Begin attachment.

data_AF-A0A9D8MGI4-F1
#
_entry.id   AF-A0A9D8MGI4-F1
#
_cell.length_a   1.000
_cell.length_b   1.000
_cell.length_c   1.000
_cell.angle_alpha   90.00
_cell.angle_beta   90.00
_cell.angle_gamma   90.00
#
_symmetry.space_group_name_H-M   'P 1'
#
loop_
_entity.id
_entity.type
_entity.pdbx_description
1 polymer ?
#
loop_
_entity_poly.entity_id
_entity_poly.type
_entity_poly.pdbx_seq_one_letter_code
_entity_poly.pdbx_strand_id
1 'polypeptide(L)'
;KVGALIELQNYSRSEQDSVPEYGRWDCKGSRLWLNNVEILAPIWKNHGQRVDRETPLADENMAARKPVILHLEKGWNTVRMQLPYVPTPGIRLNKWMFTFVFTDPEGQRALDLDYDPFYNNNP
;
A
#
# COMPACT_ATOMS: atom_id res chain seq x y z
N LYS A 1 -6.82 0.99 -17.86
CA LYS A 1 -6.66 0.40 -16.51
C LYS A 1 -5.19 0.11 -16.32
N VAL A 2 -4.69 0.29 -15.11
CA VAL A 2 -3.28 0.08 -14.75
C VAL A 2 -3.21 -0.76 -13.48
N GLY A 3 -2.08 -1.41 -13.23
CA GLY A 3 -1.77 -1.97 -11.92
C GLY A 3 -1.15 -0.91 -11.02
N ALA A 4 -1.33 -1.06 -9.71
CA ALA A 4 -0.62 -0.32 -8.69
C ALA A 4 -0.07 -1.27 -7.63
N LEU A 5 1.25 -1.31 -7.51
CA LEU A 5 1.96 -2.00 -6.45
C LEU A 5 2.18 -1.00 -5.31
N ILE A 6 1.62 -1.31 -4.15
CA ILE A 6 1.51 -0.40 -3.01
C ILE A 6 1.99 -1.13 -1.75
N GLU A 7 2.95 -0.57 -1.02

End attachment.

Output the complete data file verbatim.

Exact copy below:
data_AF-A0A9D8MGI4-F1
#
_entry.id   AF-A0A9D8MGI4-F1
#
_cell.length_a   1.000
_cell.length_b   1.000
_cell.length_c   1.000
_cell.angle_alpha   90.00
_cell.angle_beta   90.00
_cell.angle_gamma   90.00
#
_symmetry.space_group_name_H-M   'P 1'
#
loop_
_entity.id
_entity.type
_entity.pdbx_description
1 polymer ?
#
loop_
_entity_poly.entity_id
_entity_poly.type
_entity_poly.pdbx_seq_one_letter_code
_entity_poly.pdbx_strand_id
1 'polypeptide(L)'
;KVGALIELQNYSRSEQDSVPEYGRWDCKGSRLWLNNVEILAPIWKNHGQRVDRETPLADENMAARKPVILHLEKGWNTVRMQLPYVPTPGIRLNKWMFTFVFTDPEGQRALDLDYDPFYNNNP
;
A
#
# COMPACT_ATOMS: atom_id res chain seq x y z
N LYS A 1 -6.82 0.99 -17.86
CA LYS A 1 -6.66 0.40 -16.51
C LYS A 1 -5.19 0.11 -16.32
N VAL A 2 -4.69 0.29 -15.11
CA VAL A 2 -3.28 0.08 -14.75
C VAL A 2 -3.21 -0.76 -13.48
N GLY A 3 -2.08 -1.41 -13.23
CA GLY A 3 -1.77 -1.97 -11.92
C GLY A 3 -1.15 -0.91 -11.02
N ALA A 4 -1.33 -1.06 -9.71
CA ALA A 4 -0.62 -0.32 -8.69
C ALA A 4 -0.07 -1.27 -7.63
N LEU A 5 1.25 -1.31 -7.51
CA LEU A 5 1.96 -2.00 -6.45
C LEU A 5 2.18 -1.00 -5.31
N ILE A 6 1.62 -1.31 -4.15
CA ILE A 6 1.51 -0.40 -3.01
C ILE A 6 1.99 -1.13 -1.75
N GLU A 7 2.95 -0.57 -1.02